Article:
When you look up at the Moon at night, do you ever wonder how it’s possible you can see it, and why sometimes only part of the Moon can be seen while other times you see the whole Moon? Unlike the Sun, the Moon doesn’t create its own light. The Moon reflects the light from the Sun making it visible at night. One side of the Moon is always facing the Sun and receives light and the other side is always facing away from the Sun and is in darkness. The amount of light we can see reflecting off the Moon all depends on the position of the Moon compared to the Earth and the Sun.
But what are the phases of the moon? The different amounts of the Moon we see at night is called a phase. The Moon travels through eight distinct phases as it travels around the Earth every 29½ days (about one month).
- New Moon = The Moon is between the Sun and the Earth forming a straight line. The dark side of the Moon is completely facing the Earth so it appears completely dark.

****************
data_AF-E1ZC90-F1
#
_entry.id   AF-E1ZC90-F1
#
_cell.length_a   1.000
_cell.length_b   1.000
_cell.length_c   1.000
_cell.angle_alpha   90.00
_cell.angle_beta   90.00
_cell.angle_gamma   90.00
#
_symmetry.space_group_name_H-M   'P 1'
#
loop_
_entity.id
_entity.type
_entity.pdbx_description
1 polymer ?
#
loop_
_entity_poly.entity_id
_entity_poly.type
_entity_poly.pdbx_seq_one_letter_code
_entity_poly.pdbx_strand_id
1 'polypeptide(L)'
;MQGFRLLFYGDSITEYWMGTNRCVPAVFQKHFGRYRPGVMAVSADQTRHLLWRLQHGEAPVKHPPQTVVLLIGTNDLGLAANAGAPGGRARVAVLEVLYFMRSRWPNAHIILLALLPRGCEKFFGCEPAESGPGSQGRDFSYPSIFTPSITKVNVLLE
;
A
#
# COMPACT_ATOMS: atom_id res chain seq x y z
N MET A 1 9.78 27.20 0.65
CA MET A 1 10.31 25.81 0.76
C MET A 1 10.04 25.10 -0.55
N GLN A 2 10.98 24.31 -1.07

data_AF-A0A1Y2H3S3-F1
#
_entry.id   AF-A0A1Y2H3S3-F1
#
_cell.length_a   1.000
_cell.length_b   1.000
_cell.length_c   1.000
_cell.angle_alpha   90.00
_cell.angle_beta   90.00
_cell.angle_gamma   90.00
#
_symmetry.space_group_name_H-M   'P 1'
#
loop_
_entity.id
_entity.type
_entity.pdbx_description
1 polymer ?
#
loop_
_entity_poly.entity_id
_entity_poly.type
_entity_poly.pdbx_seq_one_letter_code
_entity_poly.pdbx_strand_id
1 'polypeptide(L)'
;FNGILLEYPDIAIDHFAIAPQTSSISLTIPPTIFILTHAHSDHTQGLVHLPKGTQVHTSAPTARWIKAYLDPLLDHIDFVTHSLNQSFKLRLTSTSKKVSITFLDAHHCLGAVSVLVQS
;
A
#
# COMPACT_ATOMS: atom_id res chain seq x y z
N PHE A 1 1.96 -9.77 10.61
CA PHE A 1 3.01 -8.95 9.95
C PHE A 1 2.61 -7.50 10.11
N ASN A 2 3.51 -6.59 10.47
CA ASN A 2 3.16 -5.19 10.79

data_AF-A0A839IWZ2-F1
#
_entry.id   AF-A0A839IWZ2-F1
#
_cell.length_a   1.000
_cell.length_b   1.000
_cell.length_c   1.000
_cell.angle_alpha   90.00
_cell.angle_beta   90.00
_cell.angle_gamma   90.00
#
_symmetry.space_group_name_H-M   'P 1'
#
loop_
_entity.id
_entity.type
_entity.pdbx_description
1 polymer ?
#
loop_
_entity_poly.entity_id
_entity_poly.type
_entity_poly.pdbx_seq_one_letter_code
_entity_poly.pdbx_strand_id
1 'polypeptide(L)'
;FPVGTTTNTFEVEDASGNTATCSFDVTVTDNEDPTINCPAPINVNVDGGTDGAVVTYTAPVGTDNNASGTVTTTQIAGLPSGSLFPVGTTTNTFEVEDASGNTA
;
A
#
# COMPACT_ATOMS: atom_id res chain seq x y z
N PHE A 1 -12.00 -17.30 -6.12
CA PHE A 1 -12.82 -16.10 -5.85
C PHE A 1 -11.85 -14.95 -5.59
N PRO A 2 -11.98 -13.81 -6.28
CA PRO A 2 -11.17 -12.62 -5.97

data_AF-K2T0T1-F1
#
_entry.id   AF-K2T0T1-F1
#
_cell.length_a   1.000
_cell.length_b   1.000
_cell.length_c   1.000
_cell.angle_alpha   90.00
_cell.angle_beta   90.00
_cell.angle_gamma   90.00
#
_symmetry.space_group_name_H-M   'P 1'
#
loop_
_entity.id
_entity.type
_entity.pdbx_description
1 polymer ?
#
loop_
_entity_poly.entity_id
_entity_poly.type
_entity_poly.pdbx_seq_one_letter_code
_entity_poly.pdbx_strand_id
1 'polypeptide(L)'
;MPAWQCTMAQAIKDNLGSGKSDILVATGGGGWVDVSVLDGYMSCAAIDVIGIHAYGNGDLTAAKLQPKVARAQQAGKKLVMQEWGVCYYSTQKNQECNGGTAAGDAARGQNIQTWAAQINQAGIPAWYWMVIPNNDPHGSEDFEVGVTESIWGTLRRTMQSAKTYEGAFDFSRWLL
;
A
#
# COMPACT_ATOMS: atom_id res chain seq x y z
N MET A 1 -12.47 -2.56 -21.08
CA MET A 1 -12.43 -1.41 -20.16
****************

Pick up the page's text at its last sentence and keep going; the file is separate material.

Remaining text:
- Waxing Crescent Moon = Waxing means increasing and that light is becoming visible. The Moon begins to move out of line as it travels in a circle around the Earth. A small sliver of the lighted side becomes visible from Earth.
- First Quarter Moon = The Moon moves ¼ of the way around the Earth and half of the lighted and half of the dark sides are visible from Earth.
- Waxing Gibbous Moon = Gibbous means more than half full – the Moon is moving further around the Earth, away from the Sun. Most of the lighted side is now visible from Earth.
- Full Moon = The Earth is between the Sun and the Moon, and the entire lighted side faces the Earth.
- Waning Gibbous Moon = Waning means decreasing - the Moon moves out of line and a sliver of the dark side of the Moon becomes visible again.
- Last Quarter Moon = The Moon has move ¾ of the way around the Earth and the other half of each light and dark side is now visible.
- Waning Crescent Moon = The Moon moves closer is moving closer to being in between the Sun and the Earth. Most of the dark side is facing the Earth.
Once the Moon completes one full orbit and returns to its point between the Sun and the Earth and we begin the cycle again with a new Moon - we also begin a new month!